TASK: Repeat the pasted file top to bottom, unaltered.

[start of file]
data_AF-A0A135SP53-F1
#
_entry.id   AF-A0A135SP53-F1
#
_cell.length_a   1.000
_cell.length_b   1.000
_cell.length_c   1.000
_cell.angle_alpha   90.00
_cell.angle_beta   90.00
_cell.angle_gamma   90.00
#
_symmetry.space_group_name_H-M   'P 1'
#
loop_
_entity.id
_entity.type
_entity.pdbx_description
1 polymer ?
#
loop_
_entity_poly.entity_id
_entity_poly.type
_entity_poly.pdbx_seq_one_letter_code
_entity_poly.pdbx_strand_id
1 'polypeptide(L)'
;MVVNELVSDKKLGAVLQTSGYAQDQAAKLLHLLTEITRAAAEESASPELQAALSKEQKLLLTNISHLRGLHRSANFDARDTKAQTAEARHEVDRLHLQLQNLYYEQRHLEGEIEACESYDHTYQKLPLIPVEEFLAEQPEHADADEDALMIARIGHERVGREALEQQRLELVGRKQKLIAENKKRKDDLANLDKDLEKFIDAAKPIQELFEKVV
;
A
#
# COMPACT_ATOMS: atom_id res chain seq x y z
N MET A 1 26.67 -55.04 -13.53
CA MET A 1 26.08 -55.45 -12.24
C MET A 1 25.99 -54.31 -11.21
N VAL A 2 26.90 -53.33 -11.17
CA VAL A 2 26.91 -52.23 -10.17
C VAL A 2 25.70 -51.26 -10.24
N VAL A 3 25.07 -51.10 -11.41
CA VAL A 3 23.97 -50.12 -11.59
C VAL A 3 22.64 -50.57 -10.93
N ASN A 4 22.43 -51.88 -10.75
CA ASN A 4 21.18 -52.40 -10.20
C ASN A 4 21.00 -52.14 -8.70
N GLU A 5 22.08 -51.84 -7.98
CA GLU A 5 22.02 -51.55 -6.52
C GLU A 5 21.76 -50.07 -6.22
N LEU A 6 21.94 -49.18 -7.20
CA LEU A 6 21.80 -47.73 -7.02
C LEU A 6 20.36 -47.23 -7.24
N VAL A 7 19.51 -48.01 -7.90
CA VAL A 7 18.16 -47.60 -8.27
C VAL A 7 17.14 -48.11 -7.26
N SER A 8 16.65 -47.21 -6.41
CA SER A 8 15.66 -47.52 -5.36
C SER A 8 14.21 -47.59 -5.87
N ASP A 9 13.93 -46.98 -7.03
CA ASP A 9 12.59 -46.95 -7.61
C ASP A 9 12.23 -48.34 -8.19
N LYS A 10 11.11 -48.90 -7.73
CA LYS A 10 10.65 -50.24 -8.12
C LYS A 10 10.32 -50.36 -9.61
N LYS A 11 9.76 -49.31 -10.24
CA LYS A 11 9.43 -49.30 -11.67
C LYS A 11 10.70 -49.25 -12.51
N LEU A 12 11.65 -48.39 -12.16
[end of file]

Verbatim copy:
data_AF-A0A135SP53-F1
#
_entry.id   AF-A0A135SP53-F1
#
_cell.length_a   1.000
_cell.length_b   1.000
_cell.length_c   1.000
_cell.angle_alpha   90.00
_cell.angle_beta   90.00
_cell.angle_gamma   90.00
#
_symmetry.space_group_name_H-M   'P 1'
#
loop_
_entity.id
_entity.type
_entity.pdbx_description
1 polymer ?
#
loop_
_entity_poly.entity_id
_entity_poly.type
_entity_poly.pdbx_seq_one_letter_code
_entity_poly.pdbx_strand_id
1 'polypeptide(L)'
;MVVNELVSDKKLGAVLQTSGYAQDQAAKLLHLLTEITRAAAEESASPELQAALSKEQKLLLTNISHLRGLHRSANFDARDTKAQTAEARHEVDRLHLQLQNLYYEQRHLEGEIEACESYDHTYQKLPLIPVEEFLAEQPEHADADEDALMIARIGHERVGREALEQQRLELVGRKQKLIAENKKRKDDLANLDKDLEKFIDAAKPIQELFEKVV
;
A
#
# COMPACT_ATOMS: atom_id res chain seq x y z
N MET A 1 26.67 -55.04 -13.53
CA MET A 1 26.08 -55.45 -12.24
C MET A 1 25.99 -54.31 -11.21
N VAL A 2 26.90 -53.33 -11.17
CA VAL A 2 26.91 -52.23 -10.17
C VAL A 2 25.70 -51.26 -10.24
N VAL A 3 25.07 -51.10 -11.41
CA VAL A 3 23.97 -50.12 -11.59
C VAL A 3 22.64 -50.57 -10.93
N ASN A 4 22.43 -51.88 -10.75
CA ASN A 4 21.18 -52.40 -10.20
C ASN A 4 21.00 -52.14 -8.70
N GLU A 5 22.08 -51.84 -7.98
CA GLU A 5 22.02 -51.55 -6.52
C GLU A 5 21.76 -50.07 -6.22
N LEU A 6 21.94 -49.18 -7.20
CA LEU A 6 21.80 -47.73 -7.02
C LEU A 6 20.36 -47.23 -7.24
N VAL A 7 19.51 -48.01 -7.90
CA VAL A 7 18.16 -47.60 -8.27
C VAL A 7 17.14 -48.11 -7.26
N SER A 8 16.65 -47.21 -6.41
CA SER A 8 15.66 -47.52 -5.36
C SER A 8 14.21 -47.59 -5.87
N ASP A 9 13.93 -46.98 -7.03
CA ASP A 9 12.59 -46.95 -7.61
C ASP A 9 12.23 -48.34 -8.19
N LYS A 10 11.11 -48.90 -7.73
CA LYS A 10 10.65 -50.24 -8.12
C LYS A 10 10.32 -50.36 -9.61
N LYS A 11 9.76 -49.31 -10.24
CA LYS A 11 9.43 -49.30 -11.67
C LYS A 11 10.70 -49.25 -12.51
N LEU A 12 11.65 -48.39 -12.16